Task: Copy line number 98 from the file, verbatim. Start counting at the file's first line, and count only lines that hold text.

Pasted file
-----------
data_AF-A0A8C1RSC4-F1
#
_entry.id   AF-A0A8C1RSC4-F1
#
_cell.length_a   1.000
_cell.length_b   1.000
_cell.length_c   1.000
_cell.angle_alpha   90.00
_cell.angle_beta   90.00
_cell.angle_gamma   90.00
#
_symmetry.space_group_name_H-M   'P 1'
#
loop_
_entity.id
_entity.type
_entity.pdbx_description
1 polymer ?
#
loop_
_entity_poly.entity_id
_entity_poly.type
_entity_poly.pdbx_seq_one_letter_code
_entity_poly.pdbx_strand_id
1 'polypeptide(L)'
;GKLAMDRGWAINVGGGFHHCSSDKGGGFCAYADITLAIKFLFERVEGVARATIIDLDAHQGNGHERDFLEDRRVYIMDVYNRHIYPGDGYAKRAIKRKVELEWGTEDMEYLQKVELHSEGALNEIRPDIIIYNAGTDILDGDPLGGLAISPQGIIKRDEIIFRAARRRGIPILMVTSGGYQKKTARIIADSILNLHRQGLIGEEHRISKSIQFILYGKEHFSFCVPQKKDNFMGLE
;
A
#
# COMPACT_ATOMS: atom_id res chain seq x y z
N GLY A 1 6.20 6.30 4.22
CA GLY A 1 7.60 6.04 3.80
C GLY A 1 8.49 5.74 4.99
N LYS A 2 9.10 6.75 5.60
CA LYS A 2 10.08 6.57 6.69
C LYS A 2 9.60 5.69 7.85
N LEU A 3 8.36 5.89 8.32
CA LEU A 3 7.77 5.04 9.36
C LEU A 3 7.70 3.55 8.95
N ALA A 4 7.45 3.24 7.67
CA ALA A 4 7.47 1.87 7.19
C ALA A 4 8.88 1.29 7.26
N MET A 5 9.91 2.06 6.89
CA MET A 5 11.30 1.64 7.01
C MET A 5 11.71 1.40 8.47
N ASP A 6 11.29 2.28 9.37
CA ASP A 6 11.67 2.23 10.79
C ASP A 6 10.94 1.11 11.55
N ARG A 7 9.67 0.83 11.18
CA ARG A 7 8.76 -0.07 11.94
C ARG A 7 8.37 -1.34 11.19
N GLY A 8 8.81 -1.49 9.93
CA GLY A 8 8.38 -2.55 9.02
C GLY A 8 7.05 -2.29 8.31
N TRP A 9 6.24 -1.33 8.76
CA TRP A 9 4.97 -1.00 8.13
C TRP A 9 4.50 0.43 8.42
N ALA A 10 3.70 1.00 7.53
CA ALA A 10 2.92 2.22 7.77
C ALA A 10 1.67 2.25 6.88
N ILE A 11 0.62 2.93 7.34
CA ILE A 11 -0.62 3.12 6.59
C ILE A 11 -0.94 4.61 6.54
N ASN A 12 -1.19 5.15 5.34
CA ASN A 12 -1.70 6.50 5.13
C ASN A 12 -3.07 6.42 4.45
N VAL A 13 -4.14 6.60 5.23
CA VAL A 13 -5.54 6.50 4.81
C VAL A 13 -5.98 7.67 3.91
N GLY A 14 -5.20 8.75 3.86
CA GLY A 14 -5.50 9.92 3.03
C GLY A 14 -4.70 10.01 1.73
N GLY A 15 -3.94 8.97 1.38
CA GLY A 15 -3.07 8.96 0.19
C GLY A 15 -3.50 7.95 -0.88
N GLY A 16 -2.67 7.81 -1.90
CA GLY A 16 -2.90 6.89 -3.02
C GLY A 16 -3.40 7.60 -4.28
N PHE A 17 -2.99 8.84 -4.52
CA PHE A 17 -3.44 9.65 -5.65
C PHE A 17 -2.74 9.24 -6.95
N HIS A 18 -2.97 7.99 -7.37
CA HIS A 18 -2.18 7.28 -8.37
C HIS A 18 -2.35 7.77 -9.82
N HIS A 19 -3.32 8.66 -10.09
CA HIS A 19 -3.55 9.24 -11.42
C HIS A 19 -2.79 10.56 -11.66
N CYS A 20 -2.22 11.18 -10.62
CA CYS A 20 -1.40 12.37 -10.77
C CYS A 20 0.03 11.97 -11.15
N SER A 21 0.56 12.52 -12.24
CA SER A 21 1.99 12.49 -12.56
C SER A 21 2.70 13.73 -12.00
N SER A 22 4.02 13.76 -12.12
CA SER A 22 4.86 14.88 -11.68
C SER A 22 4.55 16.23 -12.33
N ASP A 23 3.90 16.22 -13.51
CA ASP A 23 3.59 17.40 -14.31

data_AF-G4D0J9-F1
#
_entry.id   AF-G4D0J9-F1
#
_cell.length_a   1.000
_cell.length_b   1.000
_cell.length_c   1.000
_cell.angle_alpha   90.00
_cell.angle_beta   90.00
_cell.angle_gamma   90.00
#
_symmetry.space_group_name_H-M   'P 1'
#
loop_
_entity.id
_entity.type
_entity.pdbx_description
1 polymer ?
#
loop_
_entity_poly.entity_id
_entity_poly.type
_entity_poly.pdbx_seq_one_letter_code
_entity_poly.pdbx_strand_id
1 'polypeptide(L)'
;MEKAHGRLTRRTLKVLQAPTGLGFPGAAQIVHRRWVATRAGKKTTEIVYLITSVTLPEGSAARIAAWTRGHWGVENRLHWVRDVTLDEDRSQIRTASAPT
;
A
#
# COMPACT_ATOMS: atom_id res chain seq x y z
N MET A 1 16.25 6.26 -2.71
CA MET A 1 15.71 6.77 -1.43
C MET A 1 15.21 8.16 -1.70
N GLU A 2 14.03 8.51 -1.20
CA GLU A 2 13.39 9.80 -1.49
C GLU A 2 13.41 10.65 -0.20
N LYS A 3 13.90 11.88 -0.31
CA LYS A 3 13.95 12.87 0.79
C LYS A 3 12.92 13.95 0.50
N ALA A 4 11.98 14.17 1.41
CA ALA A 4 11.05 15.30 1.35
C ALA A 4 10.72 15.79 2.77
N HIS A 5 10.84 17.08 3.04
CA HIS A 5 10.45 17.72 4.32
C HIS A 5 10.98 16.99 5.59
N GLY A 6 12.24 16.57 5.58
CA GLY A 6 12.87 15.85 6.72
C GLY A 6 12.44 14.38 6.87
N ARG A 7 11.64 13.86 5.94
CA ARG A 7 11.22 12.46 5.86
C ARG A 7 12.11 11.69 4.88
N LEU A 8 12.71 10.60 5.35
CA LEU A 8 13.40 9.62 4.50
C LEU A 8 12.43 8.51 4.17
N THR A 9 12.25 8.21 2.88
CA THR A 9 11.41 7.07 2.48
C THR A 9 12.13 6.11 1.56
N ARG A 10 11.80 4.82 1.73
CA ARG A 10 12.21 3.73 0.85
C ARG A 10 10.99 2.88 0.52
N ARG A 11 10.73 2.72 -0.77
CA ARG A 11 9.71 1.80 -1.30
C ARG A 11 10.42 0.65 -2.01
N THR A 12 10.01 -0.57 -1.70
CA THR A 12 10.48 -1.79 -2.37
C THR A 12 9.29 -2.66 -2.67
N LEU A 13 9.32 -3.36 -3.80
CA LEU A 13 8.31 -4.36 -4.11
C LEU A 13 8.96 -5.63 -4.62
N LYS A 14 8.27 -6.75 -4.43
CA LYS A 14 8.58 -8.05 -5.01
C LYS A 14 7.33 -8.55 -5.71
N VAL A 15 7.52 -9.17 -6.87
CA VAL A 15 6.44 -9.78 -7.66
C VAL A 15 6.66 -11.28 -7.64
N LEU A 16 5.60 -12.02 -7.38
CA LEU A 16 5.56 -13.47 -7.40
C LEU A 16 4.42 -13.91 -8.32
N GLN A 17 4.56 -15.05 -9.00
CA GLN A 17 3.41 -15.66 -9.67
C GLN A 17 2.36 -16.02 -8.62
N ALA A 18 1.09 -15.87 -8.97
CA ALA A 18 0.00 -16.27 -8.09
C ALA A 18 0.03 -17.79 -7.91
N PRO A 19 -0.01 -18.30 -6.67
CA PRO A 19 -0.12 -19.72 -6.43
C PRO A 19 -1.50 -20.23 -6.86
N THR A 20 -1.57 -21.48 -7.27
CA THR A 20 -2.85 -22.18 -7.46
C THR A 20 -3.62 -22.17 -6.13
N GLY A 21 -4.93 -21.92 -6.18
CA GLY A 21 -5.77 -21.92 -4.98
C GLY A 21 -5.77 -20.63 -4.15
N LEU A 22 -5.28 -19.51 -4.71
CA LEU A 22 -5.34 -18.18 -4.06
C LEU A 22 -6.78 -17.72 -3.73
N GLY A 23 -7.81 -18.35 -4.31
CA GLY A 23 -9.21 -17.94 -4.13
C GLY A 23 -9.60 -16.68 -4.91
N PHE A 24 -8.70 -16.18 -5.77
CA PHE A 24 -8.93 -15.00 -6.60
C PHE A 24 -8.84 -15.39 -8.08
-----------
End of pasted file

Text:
CA ASP A 23 3.59 17.40 -14.31